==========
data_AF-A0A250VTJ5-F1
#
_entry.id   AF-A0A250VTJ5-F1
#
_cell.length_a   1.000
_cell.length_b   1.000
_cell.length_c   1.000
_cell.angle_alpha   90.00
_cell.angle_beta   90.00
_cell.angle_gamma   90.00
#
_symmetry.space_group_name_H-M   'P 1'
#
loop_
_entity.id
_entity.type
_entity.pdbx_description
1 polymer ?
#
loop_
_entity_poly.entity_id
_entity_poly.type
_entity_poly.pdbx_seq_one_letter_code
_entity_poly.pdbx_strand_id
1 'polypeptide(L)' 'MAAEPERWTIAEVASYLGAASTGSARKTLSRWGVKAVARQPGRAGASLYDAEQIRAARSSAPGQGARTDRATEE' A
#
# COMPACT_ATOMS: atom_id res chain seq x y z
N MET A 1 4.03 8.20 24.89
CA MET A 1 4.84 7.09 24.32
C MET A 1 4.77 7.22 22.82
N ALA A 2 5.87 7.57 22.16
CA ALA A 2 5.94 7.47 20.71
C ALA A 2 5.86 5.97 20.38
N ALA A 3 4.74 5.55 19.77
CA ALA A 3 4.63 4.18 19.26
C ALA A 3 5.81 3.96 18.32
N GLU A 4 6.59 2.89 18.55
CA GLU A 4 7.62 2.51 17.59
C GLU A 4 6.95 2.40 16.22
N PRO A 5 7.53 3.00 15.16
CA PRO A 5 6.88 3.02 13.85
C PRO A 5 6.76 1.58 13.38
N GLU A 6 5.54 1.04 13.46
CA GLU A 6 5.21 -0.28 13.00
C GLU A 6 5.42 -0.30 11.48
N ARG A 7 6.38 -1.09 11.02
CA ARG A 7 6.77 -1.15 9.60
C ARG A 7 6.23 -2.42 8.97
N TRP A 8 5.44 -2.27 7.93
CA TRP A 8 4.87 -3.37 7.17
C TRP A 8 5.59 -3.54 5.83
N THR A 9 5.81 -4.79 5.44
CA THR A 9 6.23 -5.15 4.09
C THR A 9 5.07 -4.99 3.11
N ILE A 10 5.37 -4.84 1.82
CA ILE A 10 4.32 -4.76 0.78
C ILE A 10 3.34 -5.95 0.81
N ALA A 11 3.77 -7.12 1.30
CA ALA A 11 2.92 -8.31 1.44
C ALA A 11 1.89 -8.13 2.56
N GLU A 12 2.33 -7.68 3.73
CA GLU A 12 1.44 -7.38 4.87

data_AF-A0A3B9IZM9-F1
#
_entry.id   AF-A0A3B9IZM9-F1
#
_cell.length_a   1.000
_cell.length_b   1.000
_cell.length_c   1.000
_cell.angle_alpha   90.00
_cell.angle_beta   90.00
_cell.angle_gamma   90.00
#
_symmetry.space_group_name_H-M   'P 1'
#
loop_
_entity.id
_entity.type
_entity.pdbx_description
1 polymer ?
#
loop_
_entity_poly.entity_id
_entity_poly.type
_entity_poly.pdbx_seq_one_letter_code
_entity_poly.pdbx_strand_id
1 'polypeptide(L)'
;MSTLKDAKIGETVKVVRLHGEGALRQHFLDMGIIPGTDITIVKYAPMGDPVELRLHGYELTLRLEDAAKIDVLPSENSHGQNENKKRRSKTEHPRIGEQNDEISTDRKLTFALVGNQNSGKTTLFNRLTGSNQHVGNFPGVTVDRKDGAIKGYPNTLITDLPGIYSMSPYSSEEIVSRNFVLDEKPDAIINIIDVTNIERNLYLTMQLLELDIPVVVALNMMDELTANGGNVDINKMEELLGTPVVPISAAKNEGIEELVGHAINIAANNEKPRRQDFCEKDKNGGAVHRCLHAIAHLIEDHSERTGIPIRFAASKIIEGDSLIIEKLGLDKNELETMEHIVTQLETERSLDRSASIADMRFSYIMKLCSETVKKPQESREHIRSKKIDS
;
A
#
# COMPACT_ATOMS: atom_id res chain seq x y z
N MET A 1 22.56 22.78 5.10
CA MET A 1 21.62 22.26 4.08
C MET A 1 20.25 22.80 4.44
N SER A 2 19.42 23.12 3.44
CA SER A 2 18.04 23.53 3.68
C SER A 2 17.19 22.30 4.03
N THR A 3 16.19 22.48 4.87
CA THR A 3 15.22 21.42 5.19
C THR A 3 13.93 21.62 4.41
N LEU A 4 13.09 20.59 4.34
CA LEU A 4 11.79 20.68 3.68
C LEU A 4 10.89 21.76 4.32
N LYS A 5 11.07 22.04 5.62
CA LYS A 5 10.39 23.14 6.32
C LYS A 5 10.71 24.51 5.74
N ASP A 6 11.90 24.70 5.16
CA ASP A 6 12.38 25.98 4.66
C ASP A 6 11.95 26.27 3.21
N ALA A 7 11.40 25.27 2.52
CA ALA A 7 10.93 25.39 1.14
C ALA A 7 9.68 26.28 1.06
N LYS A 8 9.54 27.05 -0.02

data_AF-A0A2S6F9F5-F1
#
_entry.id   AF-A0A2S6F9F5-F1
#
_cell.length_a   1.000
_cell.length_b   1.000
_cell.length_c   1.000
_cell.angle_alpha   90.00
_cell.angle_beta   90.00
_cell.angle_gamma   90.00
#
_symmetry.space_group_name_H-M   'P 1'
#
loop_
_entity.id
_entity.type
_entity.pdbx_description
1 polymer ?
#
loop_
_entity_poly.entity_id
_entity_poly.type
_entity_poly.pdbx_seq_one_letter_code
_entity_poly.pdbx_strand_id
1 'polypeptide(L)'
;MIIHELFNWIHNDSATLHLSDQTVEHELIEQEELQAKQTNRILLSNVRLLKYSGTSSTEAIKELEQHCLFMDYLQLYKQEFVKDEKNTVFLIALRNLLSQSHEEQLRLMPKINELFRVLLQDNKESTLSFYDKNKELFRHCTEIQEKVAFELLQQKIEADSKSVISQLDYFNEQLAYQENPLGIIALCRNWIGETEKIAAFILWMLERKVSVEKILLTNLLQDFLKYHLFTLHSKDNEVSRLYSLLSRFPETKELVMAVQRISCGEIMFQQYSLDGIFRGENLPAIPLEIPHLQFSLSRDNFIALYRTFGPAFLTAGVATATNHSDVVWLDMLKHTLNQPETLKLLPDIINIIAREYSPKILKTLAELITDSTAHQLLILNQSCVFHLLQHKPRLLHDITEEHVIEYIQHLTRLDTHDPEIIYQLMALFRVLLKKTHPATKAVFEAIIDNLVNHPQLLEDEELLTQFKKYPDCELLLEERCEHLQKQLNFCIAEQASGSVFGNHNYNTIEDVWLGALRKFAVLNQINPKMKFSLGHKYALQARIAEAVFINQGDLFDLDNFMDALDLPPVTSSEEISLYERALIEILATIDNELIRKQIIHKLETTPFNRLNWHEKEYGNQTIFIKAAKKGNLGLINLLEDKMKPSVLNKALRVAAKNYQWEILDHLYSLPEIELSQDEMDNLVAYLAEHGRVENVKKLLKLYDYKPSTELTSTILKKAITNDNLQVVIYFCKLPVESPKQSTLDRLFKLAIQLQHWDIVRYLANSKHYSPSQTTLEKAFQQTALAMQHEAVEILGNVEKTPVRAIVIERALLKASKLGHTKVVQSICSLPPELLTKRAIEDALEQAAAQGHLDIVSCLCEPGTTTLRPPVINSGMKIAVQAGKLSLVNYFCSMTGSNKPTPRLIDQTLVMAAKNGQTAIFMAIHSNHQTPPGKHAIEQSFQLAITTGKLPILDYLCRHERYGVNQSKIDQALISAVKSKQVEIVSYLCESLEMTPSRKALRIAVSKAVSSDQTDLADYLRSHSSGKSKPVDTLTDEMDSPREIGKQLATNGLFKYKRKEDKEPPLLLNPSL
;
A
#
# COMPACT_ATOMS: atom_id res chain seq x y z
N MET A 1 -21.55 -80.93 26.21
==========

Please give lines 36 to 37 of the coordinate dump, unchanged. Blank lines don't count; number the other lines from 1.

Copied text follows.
C ALA A 3 5.81 3.96 18.32
N GLU A 4 6.59 2.89 18.55